Vintage Clothing Repair Project
I picked up this rather spiffing coat the other day. I was instantly drawn to the colour and weave. It’s slightly A-line in shape with wide sleeves, and I love the colours – navy-blue mixed with soft beige and cream. It’s very easy on the eye.
Going by the texture and feel of the fabric, I thought it might be wool and I was right. The label reads: Fine Woollens Woven in Scotland, Pure New Wool. I recently sold a jacket with the exact same label as this although it dated c.1980s. My new coat dates a little earlier.
The famous woolmark symbol was designed in 1964 by Italian graphic artist, Francesco Saroglia. It’s used in garments made only from 100% wool. The other symbols shown below include the ‘Woolmark Blend’, used for products containing a minimum of 50% new wool, and the ‘Woolblend’, used for products with 30-49% new wool. More info from The Woolmark Company website.
It was only when I got my coat home that I realised the buttons were all wrong. They had looked navy-blue, but when I checked them again in full daylight, the buttons were actually purple. Prior to buying the coat I had also spotted a small hole in the collar, but I knew I could fix that easily, providing I had the same colour thread in my sewing box.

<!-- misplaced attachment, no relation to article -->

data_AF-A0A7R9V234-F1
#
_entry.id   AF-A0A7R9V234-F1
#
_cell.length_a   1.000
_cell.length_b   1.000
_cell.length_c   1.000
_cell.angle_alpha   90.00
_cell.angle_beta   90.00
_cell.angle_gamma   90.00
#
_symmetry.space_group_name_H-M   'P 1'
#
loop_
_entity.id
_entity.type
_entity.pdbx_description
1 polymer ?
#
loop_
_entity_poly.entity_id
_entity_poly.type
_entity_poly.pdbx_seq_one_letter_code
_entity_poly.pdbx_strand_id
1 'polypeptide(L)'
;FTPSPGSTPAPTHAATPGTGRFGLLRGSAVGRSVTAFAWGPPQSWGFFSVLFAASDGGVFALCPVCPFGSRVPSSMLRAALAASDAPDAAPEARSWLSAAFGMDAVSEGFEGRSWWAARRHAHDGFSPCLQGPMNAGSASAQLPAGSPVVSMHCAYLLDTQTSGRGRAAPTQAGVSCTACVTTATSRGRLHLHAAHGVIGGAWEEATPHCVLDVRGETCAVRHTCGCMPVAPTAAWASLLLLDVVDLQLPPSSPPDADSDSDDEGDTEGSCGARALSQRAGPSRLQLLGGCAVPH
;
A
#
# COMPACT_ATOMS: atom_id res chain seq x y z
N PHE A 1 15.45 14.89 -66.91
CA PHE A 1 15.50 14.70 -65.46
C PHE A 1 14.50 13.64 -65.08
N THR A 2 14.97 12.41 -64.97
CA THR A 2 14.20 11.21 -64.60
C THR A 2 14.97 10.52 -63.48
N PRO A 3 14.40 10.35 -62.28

I was hoping to find replacement buttons in my large stash of spares. I’ve collected so many over the years but alas, I didn’t have exactly what I was looking for. I needed eight buttons in total; six for the bodice and two smaller ones for each cuff. Undeterred, I went along to my local sewing and haberdashery shop in Didsbury. They didn’t have navy-blue buttons that were large enough so I found a nice alternative. I also found the exact colour of thread I was looking for and here are the finished results. What do you think?
Sadly, the coat is too big for me otherwise it would definitely be a keeper! It’s currently available from the website, so please stop by and see if there’s anything else I can tempt you with.